This Week’s ICO Pick: Refereum Has the Momentum, Not the Mechanics or the Market

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Refereum’s initial coin offering (ICO) is that rare thing: A utility token marketed to actual users, rather than investors. On Refereum’s website, the first thing visitors are asked to do is to download a game and earn some tokens. I like a project where the developers are focused on generating network value.

It doesn’t hurt that it’s a red hot space (streaming video games) and Refereum has great endorsements (Twitch & Unity). They also have a good story: as the model for video games has changed rapidly, marketers have gotten a little desperate. Video game marketing’s middlemen are out of control; game developers and game streamers need a decentralized way to help each other.

As always, Token Report does not provide investment advice, but here is our analysis of Refereum, our momentum pick among this week’s ICOs.

A niche market

“What if we could…enable gamers and influencers to make money playing video games,” co-founder Dylan Jones waxes in a video introducing the project. The thing is, gamers and influencers already are making money–a lot of it.

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Prediction: Refereum will have a hard time luring top-tier game streamers off incumbent platforms, where they have access to large audiences and deep-pocketed advertisers. Removing the middleman’s cut is not a convincing argument at this scale.

Jones and co. undoubtedly know this. That’s likely why they are focused on game streamers who “have a following,” but are “certainly not in the top 1% of streamers”; and indie developers who “have spent their savings creating an awesome new game,” according to the use cases outlined in the Refereum white paper.

Dubious addressable market estimates

Indie game developers and mid-tier streamers may be an interesting niche, but do they form a USD 50 million economy? That’s the value of Refereum’s total supply of 5 billion tokens at its ICO price of 0.01 USD per token.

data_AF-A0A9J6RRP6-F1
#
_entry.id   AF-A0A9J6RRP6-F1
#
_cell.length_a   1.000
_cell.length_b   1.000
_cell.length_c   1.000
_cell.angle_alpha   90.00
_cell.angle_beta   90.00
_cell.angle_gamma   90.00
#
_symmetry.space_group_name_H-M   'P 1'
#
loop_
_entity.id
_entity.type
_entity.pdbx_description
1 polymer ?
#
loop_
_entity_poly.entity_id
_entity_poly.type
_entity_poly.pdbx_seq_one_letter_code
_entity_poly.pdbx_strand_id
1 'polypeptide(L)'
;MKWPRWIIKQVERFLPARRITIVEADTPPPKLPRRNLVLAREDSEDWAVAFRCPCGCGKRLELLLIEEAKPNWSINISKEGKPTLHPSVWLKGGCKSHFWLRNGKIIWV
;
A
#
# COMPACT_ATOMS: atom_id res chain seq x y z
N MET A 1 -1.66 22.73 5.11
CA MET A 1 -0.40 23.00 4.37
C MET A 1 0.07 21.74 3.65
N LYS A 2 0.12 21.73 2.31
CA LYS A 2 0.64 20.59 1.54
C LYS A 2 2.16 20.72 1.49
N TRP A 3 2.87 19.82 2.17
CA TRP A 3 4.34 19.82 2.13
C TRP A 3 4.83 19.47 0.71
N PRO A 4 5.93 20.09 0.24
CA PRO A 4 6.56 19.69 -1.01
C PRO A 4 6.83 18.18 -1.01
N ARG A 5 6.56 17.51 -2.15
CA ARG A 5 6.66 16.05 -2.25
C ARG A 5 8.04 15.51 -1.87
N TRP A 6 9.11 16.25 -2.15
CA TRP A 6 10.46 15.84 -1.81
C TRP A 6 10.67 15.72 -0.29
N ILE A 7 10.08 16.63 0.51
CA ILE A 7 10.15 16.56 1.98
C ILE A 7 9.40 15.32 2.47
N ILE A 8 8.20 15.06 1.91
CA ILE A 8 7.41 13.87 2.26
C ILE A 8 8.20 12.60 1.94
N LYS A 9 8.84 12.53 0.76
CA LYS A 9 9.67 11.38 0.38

The global ad spend on video game marketing is nowhere near the USD 37 billion cited (with a bogus footnote) in Refereum’s white paper. Statista puts the 2017 number at 3.6 billion. (37 billion, for context, is the total ad spend against all streaming video, projected for 2022 by Juniper Research.)

Still, if Refereum captures less than 5 percent of the video game ad market, it may be enough to justify their ICO price.

Competitors

Of course, there are other decentralized projects competing for a share of streaming games, like DLive. Earn.com, LBRY and Steemit are all potential decentralized streaming game competitors. And the array of incumbents in game streaming only grows larger and longer as giants like YouTube make inroads.

Flawed token mechanics

But at this stage, I would worry less about competitors for the niche game streaming market, and more about whether Refereum’s token, /RFR, is set up to capture any of its value. Refereum’s token mechanics are purely transactional: There’s no holding or staking involved. As always, it stands to reason most participants will prefer to quickly convert their highly illiquid RFR into a more liquid currency, like BTC or USD.